Free-living amoebae in water sources by PCR and sequencing in Spain

Autores UPV
Año
CONGRESO Free-living amoebae in water sources by PCR and sequencing in Spain

Abstract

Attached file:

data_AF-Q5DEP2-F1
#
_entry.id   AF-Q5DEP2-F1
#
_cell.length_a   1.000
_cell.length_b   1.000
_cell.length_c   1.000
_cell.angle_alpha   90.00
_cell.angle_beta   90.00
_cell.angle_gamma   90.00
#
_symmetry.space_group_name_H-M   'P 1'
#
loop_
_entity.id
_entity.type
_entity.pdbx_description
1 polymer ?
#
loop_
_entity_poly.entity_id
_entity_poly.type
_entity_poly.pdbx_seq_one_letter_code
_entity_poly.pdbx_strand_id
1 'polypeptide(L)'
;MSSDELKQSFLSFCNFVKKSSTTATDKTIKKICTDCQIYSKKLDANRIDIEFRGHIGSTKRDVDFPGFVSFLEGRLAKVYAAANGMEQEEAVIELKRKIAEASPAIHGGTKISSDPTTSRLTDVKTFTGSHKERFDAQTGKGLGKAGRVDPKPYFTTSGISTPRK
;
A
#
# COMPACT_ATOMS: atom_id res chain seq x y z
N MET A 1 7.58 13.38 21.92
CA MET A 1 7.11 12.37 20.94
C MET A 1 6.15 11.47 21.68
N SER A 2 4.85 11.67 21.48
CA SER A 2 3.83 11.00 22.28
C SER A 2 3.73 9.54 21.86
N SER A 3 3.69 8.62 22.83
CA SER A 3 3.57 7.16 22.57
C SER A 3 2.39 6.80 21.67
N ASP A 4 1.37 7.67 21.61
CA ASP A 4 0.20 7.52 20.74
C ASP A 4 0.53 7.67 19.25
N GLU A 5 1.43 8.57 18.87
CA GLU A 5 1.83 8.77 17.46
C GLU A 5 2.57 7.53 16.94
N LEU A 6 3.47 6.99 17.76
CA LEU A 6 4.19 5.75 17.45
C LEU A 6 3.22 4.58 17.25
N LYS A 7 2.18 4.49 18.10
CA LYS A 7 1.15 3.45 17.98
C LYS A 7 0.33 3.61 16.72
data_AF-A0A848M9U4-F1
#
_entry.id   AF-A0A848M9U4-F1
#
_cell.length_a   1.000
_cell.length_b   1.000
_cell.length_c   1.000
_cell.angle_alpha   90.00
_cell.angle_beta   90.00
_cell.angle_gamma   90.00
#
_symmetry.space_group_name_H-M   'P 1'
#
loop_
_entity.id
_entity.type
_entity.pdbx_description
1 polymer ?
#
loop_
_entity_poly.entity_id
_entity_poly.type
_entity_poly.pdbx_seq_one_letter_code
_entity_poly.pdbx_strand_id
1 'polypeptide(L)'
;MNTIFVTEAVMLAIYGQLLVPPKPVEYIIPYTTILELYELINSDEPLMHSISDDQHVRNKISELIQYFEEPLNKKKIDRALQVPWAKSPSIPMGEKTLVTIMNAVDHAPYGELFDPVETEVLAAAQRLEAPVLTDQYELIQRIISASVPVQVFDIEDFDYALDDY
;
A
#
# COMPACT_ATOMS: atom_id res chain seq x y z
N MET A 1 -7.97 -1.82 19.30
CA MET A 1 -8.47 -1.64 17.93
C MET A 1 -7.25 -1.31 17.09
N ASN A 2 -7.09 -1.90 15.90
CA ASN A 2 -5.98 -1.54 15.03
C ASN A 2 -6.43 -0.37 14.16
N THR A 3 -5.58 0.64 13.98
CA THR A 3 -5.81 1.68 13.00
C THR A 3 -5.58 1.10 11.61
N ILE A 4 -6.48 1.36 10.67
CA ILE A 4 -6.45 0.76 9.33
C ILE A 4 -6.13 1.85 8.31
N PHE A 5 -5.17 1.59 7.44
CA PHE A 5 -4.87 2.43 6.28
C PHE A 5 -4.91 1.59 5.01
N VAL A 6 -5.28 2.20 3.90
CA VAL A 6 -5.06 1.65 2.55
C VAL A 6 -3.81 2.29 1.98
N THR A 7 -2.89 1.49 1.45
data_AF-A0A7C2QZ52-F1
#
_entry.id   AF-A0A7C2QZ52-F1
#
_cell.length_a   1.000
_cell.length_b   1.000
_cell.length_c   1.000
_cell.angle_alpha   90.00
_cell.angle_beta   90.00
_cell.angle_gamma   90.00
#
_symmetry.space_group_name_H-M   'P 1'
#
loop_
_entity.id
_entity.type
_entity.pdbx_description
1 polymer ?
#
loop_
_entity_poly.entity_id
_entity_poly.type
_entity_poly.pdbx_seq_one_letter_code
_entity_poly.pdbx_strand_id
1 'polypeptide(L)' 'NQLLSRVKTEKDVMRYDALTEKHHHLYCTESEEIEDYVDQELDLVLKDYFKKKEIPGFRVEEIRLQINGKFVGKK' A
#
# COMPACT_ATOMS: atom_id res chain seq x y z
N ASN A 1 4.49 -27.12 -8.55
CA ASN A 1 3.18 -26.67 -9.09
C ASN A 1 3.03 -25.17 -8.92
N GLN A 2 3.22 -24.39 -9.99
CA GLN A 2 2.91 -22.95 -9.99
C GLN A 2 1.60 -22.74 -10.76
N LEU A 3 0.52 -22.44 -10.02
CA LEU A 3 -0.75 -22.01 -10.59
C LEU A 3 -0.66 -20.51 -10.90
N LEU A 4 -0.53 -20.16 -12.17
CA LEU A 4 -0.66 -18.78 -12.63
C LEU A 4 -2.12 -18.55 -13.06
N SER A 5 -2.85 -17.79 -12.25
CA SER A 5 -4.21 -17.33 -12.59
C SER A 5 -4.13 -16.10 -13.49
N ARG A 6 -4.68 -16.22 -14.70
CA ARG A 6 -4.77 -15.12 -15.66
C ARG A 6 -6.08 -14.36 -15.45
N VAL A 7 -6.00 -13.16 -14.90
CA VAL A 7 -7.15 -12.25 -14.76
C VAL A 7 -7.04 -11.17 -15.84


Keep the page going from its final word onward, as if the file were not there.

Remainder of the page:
Free-living amoebae (FLA) are ubiquitous protozoa widely isolated from water. Among them, Acanthamoeba species are the most common FLA in those environments and can cause rare but severe infections of the eye (Acanthamoeba keratitis, AK), skin, and central nervous system (Granulomatous Amebic Encephalitis, GAE). FLA belonging to the genus Naegleria and Balamuthia are also important human pathogens, although its presence in water is infrequent. Identification of different FLA in sources able to reach humans is of great importance. A total of 50 water samples were analyzed for the presence of FLA. Nineteen drinking and 31 wastewater samples were filtered. Membranes were placed in Non-Nutrient-Agar (NNA) and the culture was maintained until amoebae growth was observed. FLA were purified individually using a micromanipulator and incubated in NNA. Cultures were harvested, and after DNA isolation, were subjected to Multiplex PCR (Le Calvez et al., 2012). Results were confirmed by 18S rRNA PCR plus sequencing (Thomas et al., 2006). FLA growth was observed in 22/31 and 5/19 wastewater and drinking water samples respectively. In total, 39 FLA were purified using the micromanipulator, 31 from waste water and 8 from drinking water samples. Multiplex PCR yielded specific fragments of Acanthamoeba, Naegleria, Vannellidae, Vermamoeba and Echinamoeba, being Acanthamoeba the most common FLA isolated in both types of water. In some cases, although the micromanipulator was used to isolate a single amoeba, unspecific fragments were observed after Multiplex PCR analysis of the cultures, showed that an axenic culture was not achieved. By 18S rRNA PCR and sequencing, Vannellidae spp., Naegleria spp. and the Acanthamoeba species A. castellanii, A. tubiashi, A. polyphaga, A. rhysodes and A. mauritaniensis were identified. To our knowledge, it is the first time that Vannellidae spp. is identified in wastewater. The fact that those human pathogens were detected from water sources even after disinfection treatment could be a risk concerning Public health. This study was partially supported by a grant of the ¿Recovery and joint Resources from I+D+i of VLC/CAMPUS program¿ funded by the MECD (International Excellence Campus Program). The authors thank the Generalitat Valenciana for FEDER financial support 2007-2013 (T0104000)